Analysis

GUEST COMMENT The Electronic World Trade Platform – is ecommerce without borders a good idea?

As the CEO of a global ecommerce platform that shipped 3.6m items in 2015 to over 180 countries, I have experienced up close the benefits, but also the pitfalls that can come from trading internationally. Recent calls for a global platform that aims to make trading across borders easier are, therefore, music to my ears. But what is the Electronic World Trade Platform (eWTP)? And is ecommerce without borders really likely to happen in the current climate?

The concept of an eWTP is the latest open-border initiative being discussed in ecommerce circles. It was introduced by Jack Ma (founder of Alibaba) at the Boao Forum, in March 2016. In Ma’s vision, businesses would create hubs for ecommerce and governments would create virtual free trade zones for SMEs. The eWTP would essentially allow businesses in one country to sell to consumers in another, with low or no import duties, speedy customs clearances and better access to logistics making trading easier for internet retailers, in particular, SMEs looking to scale-up.

The eWTP idea also comes at an interesting time for online retailers in the UK. The outcome of the referendum last June, and the current uncertainty surrounding access to the single market post-Brexit, means the introduction of an eWTP would, in theory, minimise the trading issues that leaving the EU might bring about. A global trading platform would make it easier for companies to continue doing business as usual and for them to expand internationally.

So for a free trade Friedrich Hayek economist and open border idealist like me, the eWTP sounds like a brilliant idea. After all, my vision of a perfect world would be one with no borders for goods or skills and no barriers for people. That a product or person is defined and restricted to its point of creation is frankly a ridiculous idea. So what’s not to like? We should be looking to help the little guy deal with border issues, open choice for consumers and bring countries closer together. Correct? Yes, but as with everything, there is a catch.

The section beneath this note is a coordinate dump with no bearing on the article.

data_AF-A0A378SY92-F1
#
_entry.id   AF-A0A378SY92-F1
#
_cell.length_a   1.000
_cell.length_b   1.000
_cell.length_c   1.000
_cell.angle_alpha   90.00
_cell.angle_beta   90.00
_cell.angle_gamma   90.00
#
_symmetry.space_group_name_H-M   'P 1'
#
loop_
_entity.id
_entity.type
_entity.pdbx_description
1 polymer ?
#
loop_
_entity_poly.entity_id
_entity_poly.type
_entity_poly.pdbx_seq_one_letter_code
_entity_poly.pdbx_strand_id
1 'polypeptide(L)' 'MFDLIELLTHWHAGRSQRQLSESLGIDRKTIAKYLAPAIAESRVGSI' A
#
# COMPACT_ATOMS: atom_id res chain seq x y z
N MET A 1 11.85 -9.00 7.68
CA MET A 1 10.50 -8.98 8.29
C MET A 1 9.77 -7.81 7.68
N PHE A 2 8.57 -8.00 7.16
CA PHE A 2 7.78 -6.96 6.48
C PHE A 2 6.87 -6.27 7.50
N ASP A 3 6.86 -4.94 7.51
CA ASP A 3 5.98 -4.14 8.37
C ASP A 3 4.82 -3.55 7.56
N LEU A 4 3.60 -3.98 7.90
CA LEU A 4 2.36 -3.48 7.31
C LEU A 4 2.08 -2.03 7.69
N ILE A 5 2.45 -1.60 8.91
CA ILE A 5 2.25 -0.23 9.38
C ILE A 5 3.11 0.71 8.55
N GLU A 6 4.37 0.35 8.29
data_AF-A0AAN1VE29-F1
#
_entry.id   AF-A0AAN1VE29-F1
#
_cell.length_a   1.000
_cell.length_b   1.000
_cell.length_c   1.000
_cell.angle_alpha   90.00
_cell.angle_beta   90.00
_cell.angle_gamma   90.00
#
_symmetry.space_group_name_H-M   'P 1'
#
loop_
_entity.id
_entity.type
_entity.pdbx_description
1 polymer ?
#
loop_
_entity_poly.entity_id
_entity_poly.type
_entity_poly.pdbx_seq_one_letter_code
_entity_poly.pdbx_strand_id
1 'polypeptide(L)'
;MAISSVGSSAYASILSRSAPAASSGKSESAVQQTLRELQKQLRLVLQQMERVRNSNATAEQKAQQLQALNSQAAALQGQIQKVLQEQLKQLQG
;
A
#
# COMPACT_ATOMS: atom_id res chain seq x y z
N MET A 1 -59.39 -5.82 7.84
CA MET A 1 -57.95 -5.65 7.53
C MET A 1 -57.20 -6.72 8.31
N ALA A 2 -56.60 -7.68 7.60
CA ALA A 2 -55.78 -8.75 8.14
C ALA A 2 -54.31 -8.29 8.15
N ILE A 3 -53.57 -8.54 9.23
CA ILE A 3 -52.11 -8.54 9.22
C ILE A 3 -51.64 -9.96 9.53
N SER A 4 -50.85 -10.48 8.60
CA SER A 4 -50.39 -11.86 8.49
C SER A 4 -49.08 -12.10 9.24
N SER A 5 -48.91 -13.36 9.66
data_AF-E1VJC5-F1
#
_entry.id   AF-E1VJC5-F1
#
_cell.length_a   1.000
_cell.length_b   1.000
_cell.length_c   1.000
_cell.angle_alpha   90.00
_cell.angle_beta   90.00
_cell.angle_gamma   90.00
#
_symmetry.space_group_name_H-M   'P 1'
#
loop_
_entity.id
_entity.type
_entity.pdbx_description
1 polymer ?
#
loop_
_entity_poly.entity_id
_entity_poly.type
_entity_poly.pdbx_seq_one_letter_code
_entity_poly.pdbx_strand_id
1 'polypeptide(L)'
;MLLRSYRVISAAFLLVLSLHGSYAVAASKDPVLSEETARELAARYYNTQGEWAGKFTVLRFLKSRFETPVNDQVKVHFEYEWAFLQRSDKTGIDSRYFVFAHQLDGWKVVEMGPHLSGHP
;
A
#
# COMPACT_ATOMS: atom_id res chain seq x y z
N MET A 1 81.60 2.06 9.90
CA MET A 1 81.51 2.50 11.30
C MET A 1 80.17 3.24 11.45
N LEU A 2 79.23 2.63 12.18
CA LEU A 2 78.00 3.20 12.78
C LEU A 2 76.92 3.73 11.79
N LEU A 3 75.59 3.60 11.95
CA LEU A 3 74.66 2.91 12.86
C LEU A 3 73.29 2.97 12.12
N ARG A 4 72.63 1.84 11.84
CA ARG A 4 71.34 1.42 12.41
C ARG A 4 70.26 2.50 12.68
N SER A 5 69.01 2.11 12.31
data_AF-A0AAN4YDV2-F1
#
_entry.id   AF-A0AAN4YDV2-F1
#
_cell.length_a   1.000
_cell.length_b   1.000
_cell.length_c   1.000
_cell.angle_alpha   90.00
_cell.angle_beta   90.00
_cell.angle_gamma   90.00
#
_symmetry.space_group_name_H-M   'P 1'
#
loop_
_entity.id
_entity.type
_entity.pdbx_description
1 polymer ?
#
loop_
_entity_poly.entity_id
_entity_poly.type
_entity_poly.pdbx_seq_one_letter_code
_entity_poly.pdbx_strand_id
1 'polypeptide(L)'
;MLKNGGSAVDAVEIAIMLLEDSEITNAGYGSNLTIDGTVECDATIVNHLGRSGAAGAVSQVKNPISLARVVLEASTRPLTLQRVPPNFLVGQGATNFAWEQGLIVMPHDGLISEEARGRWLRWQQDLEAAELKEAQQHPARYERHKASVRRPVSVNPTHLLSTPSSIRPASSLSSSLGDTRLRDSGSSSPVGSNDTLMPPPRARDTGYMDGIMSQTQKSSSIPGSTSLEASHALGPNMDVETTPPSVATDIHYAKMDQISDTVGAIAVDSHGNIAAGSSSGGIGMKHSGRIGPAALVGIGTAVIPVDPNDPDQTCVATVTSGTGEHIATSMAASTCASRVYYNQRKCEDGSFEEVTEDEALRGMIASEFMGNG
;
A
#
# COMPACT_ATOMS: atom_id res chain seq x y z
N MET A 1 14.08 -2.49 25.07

The good, the bad and the ugly
My many years in business have taught me that everything has a Newtonian tax. That is to say, there is always an equal and opposite reaction. If you or your goods can get out, others and their goods can get in. This can be good, it is an open border after all, but it can also be bad and ugly. Herein lies the problem for the eWTP. Products coming into a local market can raise competition, but also tension. And there is always the possibility that poor quality, sub-standard products, counterfeits, or goods made by people paid very low wages, can also enter the market.

Added to this, we are living in an age where populism sells in both media and politics. The current climate means open border initiatives are doomed to failure by the same negativity and issues that hamper most free trade or movement agreements. It is the same sentiment that has seen the Brexit vote and the election of President Trump. The eWTP is, therefore, likely to walk straight into the same political hype and negative news coverage that most other open border agreements proposed before have suffered from. You only have to look at the UK news coverage on Europe to see that bad and ugly sells faster than good news. There will be groups and businesses motivated to push the bad news agenda, because while not all bad, there will be genuine issues that do negatively impact certain groups.

The weather effect
Then there is what is known at Spreadshirt, as the weather effect. While there might be good, or even great news about open borders, it might not necessarily be seen. For example, we sell T-shirts and when the weather is bad we quickly blame the weather for slow sales, but when the weather is better and our sales go up we feel it is down to our hard work and strategies driving business. Nobody mentions the weather. The same is true of trade agreements. They often get the bad press, but economic and social uplifts are only credited to local political or social changes, very often forgetting the benefits that any such trade agreements might have had in turning things around. This is what is currently happening with the EU, NAFTA, and TTIP, and unfortunately, the eWTP is likely to become just another great idea that might not survive the current climate.

I truly do believe that ecommerce without borders is a good idea, but I suspect there are currently forces more motivated to prevent it than working to make it happen. Bad press and populist movements mean that localised deals are hard enough at the moment, and fighting for a truly global open border deal, is still, sadly, a generation or two away.

Philip Rooke is chief executive of Spreadshirt [IRDX RSRD]. Follow him on Twitter at @PhilipRooke.

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